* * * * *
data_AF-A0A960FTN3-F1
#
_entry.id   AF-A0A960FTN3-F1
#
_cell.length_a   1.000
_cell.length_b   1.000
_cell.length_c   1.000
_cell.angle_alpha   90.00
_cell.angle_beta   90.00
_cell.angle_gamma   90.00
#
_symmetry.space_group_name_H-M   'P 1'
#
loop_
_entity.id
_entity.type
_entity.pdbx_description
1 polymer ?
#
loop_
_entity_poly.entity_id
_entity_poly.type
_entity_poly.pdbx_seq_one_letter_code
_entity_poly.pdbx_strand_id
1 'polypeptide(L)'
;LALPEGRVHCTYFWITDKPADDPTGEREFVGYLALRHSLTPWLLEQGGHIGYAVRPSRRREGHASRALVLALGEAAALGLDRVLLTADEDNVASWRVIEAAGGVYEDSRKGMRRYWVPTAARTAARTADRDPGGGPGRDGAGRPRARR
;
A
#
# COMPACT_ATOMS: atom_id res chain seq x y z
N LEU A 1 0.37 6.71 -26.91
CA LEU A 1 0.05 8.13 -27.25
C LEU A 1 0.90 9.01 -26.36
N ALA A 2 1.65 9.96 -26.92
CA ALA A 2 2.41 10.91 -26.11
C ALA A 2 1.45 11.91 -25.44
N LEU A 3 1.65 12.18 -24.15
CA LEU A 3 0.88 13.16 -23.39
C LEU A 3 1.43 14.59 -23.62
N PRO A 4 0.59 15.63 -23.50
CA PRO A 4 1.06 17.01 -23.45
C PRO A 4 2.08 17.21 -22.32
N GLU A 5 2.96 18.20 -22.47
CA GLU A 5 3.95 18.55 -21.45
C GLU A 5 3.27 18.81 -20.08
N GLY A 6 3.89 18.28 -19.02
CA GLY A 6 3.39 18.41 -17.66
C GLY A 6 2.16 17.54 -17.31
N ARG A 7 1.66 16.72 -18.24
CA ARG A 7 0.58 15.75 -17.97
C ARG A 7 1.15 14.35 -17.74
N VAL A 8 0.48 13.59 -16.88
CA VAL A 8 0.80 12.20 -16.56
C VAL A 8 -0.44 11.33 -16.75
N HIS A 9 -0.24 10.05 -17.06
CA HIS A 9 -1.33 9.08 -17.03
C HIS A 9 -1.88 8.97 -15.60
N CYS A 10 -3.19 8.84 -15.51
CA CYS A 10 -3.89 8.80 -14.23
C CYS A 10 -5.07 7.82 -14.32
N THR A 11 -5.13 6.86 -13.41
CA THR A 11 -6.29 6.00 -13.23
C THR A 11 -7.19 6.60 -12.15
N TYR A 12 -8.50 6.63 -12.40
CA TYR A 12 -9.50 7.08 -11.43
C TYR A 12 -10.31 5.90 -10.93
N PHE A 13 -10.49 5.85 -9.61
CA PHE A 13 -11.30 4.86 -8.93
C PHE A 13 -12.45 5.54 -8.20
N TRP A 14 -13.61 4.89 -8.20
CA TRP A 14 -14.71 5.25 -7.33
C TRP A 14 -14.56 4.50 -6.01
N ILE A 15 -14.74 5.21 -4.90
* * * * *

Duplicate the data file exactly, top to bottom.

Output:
data_AF-A0A960FTN3-F1
#
_entry.id   AF-A0A960FTN3-F1
#
_cell.length_a   1.000
_cell.length_b   1.000
_cell.length_c   1.000
_cell.angle_alpha   90.00
_cell.angle_beta   90.00
_cell.angle_gamma   90.00
#
_symmetry.space_group_name_H-M   'P 1'
#
loop_
_entity.id
_entity.type
_entity.pdbx_description
1 polymer ?
#
loop_
_entity_poly.entity_id
_entity_poly.type
_entity_poly.pdbx_seq_one_letter_code
_entity_poly.pdbx_strand_id
1 'polypeptide(L)'
;LALPEGRVHCTYFWITDKPADDPTGEREFVGYLALRHSLTPWLLEQGGHIGYAVRPSRRREGHASRALVLALGEAAALGLDRVLLTADEDNVASWRVIEAAGGVYEDSRKGMRRYWVPTAARTAARTADRDPGGGPGRDGAGRPRARR
;
A
#
# COMPACT_ATOMS: atom_id res chain seq x y z
N LEU A 1 0.37 6.71 -26.91
CA LEU A 1 0.05 8.13 -27.25
C LEU A 1 0.90 9.01 -26.36
N ALA A 2 1.65 9.96 -26.92
CA ALA A 2 2.41 10.91 -26.11
C ALA A 2 1.45 11.91 -25.44
N LEU A 3 1.65 12.18 -24.15
CA LEU A 3 0.88 13.16 -23.39
C LEU A 3 1.43 14.59 -23.62
N PRO A 4 0.59 15.63 -23.50
CA PRO A 4 1.06 17.01 -23.45
C PRO A 4 2.08 17.21 -22.32
N GLU A 5 2.96 18.20 -22.47
CA GLU A 5 3.95 18.55 -21.45
C GLU A 5 3.27 18.81 -20.08
N GLY A 6 3.89 18.28 -19.02
CA GLY A 6 3.39 18.41 -17.66
C GLY A 6 2.16 17.54 -17.31
N ARG A 7 1.66 16.72 -18.24
CA ARG A 7 0.58 15.75 -17.97
C ARG A 7 1.15 14.35 -17.74
N VAL A 8 0.48 13.59 -16.88
CA VAL A 8 0.80 12.20 -16.56
C VAL A 8 -0.44 11.33 -16.75
N HIS A 9 -0.24 10.05 -17.06
CA HIS A 9 -1.33 9.08 -17.03
C HIS A 9 -1.88 8.97 -15.60
N CYS A 10 -3.19 8.84 -15.51
CA CYS A 10 -3.89 8.80 -14.23
C CYS A 10 -5.07 7.82 -14.32
N THR A 11 -5.13 6.86 -13.41
CA THR A 11 -6.29 6.00 -13.23
C THR A 11 -7.19 6.60 -12.15
N TYR A 12 -8.50 6.63 -12.40
CA TYR A 12 -9.50 7.08 -11.43
C TYR A 12 -10.31 5.90 -10.93
N PHE A 13 -10.49 5.85 -9.61
CA PHE A 13 -11.30 4.86 -8.93
C PHE A 13 -12.45 5.54 -8.20
N TRP A 14 -13.61 4.89 -8.20
CA TRP A 14 -14.71 5.25 -7.33
C TRP A 14 -14.56 4.50 -6.01
N ILE A 15 -14.74 5.21 -4.90